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Art V

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Everything posted by Art V

  1. Not everyone was suffering from it back then esp. on Macs it looked like it wasn't much of an issue, and it is not sure yet if the cause is the same but it looks like it could be. But I agree it is disappointing to have this issue again as it is an aggravating one.
  2. It depends on whether you want/need 3D PDF support (i.e. viewing because VW already can export 3D PDF). If yes then PDF XChange might be worth looking at: https://www.tracker-software.com/ but it runs either on Windows or a Citrix environment, so you would have to run it in a virtual machine on Mac. Otherwise Adobe Acrobat is your only other option for 3D PDFs as far as I know for affordable software plus that it is rental and not a permanent license. Another potential option might be Foxit PDF Editor Pro: https://www.foxit.com/pdf-editor/ According to their website it should be able to convert DWG files to 3D PDF, so it could be that it supports viewing of 3D PDF files as well, will have to look at this myself soon. Currently that feature is Windows only, don't know if it will become available on Mac as well. It 3D PDF support is not required, then PDF Studio Pro might be one to consider: https://www.qoppa.com/pdfstudio/ It is one of the few that are multiplatform and have viewers for iPhone and Android as well and so does Foxit) Bluebeam, Adobe Acrobat and PDF XChange from Tracker Software sees as far as I have been able to find the only options for small and medium business that can handle 3D PDF files. Foxit might also be supporting 3D PDF now, but would have to check by testing its viewer/editor. Otherwise you will have to look for corporate/enterprise level kind of software. Or wait until Bluebeam comes up with its cloud option.
  3. The problem was very bad in VW2019 and then improved over various SP's in VW2020 to become usable again. It would be a bit disappointing if the issue returned with VW 2021 SP3. What happens if you disable Master Snap but leave one of the "normal" snaps that is the most useful for you on? I do remember there being an issue with Master Snap on, but don't remember if it was also affecting this particular issue, but turning the Master Snap off made an improvement in speed as well.
  4. Another thing you can try is to disable all snaps in the snapping palette before selecting and moving, that way it won't have to spend time trying to locate a snap in a crowded selection/drawing. I had this issue with earlier VW versions as well and one of the things that would speed this up was disabling layer with geometry that is not needed for moving and disabling all snaps.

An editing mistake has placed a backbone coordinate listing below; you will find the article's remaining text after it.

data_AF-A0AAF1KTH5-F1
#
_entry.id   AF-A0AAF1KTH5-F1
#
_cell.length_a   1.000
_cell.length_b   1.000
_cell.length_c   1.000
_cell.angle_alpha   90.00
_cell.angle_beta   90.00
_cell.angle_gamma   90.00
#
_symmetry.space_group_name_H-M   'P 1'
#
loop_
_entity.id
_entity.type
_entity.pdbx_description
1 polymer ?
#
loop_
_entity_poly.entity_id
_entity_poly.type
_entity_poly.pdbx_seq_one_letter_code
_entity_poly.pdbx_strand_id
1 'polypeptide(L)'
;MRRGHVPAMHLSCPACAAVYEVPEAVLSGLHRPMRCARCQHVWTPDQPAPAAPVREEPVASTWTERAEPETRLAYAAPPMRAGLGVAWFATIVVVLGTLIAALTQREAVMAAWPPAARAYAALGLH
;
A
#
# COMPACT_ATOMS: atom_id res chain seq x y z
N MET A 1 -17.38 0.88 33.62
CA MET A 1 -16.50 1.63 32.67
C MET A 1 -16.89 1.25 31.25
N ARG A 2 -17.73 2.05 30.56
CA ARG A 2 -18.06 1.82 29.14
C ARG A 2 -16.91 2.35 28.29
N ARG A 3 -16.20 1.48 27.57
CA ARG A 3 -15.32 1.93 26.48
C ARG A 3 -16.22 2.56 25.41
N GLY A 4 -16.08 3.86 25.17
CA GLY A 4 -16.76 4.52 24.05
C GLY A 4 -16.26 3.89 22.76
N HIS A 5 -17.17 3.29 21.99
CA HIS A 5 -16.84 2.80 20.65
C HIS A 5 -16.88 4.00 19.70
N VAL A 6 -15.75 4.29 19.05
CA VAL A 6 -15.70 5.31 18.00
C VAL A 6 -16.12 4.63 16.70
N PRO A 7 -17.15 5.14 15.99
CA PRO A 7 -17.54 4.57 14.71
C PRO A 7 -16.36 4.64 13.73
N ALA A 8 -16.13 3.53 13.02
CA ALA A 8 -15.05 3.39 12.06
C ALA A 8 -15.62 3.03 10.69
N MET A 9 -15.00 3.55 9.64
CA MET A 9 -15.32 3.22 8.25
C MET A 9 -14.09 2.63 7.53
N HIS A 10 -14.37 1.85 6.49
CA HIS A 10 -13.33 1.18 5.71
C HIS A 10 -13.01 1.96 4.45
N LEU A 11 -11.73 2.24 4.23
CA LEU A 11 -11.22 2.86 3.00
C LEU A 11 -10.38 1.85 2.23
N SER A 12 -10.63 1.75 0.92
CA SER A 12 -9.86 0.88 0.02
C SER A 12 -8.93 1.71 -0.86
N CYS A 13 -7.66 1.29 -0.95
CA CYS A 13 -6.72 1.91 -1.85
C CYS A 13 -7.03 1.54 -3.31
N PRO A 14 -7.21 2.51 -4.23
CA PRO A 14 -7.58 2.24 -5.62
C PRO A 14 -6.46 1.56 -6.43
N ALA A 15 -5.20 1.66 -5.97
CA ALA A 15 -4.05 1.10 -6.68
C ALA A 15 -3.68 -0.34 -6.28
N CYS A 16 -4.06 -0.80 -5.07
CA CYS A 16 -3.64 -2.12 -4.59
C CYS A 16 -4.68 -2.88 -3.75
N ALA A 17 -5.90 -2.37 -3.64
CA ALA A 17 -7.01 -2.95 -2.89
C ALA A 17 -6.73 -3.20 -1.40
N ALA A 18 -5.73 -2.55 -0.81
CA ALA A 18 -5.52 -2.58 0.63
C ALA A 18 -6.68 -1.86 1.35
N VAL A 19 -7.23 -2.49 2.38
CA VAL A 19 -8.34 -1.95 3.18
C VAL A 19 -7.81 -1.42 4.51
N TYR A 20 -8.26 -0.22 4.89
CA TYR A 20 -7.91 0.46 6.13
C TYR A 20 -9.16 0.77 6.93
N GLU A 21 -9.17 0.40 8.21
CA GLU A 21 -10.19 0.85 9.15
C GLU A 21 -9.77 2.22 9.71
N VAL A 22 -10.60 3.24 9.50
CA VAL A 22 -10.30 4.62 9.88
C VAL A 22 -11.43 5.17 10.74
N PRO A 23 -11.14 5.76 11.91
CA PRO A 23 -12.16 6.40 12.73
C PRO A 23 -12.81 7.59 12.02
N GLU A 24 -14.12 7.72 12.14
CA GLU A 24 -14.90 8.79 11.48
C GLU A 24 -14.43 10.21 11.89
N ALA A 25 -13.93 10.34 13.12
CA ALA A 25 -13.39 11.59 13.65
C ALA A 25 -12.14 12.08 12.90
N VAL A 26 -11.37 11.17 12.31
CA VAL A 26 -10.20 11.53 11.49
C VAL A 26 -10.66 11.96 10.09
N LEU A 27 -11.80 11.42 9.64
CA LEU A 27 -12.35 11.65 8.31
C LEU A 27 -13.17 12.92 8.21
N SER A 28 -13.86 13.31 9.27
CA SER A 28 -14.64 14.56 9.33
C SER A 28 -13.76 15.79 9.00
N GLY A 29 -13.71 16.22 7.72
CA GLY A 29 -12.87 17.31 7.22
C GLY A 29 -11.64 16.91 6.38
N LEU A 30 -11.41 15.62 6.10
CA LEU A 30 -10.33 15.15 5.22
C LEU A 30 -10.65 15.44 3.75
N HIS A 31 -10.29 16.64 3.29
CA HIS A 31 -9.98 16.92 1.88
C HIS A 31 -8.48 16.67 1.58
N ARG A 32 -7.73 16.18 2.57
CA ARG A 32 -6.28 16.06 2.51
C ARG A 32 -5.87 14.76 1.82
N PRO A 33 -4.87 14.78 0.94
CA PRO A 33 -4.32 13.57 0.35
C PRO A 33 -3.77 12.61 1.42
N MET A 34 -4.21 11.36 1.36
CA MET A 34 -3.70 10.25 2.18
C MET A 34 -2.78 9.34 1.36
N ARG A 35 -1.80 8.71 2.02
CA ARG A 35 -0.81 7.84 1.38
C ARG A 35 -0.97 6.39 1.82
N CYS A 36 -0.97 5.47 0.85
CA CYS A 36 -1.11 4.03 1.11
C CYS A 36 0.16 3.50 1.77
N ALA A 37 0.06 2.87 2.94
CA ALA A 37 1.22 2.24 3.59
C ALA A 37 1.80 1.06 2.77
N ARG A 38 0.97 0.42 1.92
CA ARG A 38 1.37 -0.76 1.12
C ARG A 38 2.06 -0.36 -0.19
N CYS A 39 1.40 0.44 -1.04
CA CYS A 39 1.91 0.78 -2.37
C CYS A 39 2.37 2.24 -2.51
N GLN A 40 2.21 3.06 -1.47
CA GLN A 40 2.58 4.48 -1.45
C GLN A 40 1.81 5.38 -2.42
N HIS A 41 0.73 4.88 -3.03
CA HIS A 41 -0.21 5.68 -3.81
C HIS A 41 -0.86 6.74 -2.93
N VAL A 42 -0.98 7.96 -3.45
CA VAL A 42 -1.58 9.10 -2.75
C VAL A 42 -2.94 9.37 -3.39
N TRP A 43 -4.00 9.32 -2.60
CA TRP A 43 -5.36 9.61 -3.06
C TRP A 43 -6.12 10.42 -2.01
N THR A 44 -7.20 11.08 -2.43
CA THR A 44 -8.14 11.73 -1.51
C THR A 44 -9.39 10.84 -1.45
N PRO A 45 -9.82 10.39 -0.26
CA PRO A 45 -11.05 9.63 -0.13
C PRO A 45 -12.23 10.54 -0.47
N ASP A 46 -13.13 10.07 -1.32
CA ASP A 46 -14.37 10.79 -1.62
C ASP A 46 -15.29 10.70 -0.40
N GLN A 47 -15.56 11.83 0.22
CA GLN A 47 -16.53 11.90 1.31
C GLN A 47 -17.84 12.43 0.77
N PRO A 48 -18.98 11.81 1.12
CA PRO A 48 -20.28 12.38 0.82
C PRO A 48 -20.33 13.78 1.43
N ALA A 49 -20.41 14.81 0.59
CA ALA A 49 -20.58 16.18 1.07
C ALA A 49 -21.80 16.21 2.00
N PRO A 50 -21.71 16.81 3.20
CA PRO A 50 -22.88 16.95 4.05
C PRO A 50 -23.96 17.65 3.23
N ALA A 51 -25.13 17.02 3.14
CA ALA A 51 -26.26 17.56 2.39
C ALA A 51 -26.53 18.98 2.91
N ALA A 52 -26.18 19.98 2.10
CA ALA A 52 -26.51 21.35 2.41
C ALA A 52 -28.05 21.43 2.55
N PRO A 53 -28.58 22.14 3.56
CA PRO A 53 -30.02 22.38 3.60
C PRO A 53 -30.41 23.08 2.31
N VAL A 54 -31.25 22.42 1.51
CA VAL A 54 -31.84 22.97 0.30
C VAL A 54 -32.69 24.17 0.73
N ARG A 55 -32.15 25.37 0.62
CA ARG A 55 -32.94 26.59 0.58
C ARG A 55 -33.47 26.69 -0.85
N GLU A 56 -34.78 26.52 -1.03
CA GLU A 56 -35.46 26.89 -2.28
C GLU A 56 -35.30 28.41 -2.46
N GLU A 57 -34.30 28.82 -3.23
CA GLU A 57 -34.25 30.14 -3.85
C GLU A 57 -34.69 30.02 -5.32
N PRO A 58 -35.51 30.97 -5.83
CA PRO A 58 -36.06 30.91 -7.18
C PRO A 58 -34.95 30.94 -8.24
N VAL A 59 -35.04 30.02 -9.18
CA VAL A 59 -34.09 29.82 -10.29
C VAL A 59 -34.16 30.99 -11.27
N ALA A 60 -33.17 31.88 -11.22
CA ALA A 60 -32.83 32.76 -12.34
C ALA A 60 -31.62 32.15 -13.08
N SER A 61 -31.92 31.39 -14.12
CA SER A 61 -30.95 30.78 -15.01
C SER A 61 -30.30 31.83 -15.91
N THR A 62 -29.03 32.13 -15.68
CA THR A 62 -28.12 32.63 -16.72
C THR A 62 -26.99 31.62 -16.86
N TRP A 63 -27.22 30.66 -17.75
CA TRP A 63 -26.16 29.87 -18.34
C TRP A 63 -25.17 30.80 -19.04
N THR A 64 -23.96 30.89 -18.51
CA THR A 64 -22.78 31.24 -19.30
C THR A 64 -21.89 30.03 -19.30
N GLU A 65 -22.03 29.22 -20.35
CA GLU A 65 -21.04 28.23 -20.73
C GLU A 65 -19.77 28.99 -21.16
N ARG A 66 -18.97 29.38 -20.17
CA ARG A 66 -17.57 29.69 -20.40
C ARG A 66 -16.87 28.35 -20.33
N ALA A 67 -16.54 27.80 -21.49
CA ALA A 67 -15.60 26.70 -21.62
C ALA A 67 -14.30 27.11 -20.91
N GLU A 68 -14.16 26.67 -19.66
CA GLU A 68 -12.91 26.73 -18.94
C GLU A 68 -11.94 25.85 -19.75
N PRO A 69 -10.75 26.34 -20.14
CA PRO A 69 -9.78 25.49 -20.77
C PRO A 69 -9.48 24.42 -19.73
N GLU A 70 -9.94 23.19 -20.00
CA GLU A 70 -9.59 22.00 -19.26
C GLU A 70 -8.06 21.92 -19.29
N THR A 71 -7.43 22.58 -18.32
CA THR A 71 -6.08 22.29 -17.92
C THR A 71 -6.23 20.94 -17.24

5. The World Imagery server should be able to provide higher resolution images. Another option could be to use QGIS or GlobalMapper to retrieve geoimages, these can provide higher resolution images for small(er) areas as well, at least considerably higher than Geoimage currently seems to be able to. It seems to max out at a resolution of roughly 2000 for smaller areas with not that much detail if you need to zoom in at e.g. a neighbourhood. My guess is that this might be a licensing limitation because of the deal between VW and ArcGIS and you may need to get a paid subscription to some of the ArcGIS services to get a higher resolution. Though some of these free geoimage servers that QGIS/Global Mapper are using are basically the same as from Google and ArcGIS free image servers, so they may not be the most up to date images for higher resolutions. Though if you have the server address it should also work from within Geoimage. You may also want to look if there are public (i.e. funded by national/local authorities) image servers that provide geoimages (and other data). These may also be able to provide higher resolution images. The downside is that you won't have live images and may have to download a new image after a while if there are updates to the area.
  6. It just means that a full save takes more time (though with smal(ler) files you may not notice), the more "wasted space" you allow (a higher save percent value) the longer it takes to do a full save. It will basically save only the new objects while leaving the old unchanged stuff alone, i.e. an incremental save until the percentage of wasted spaced reaches the value in the save percent setting then it will do a full save and remove the wasted space and reduce your file size. This is what makes saving files a bit faster. Setting save percent value to 0 (zero) will cause BricsCAD to always do a full save.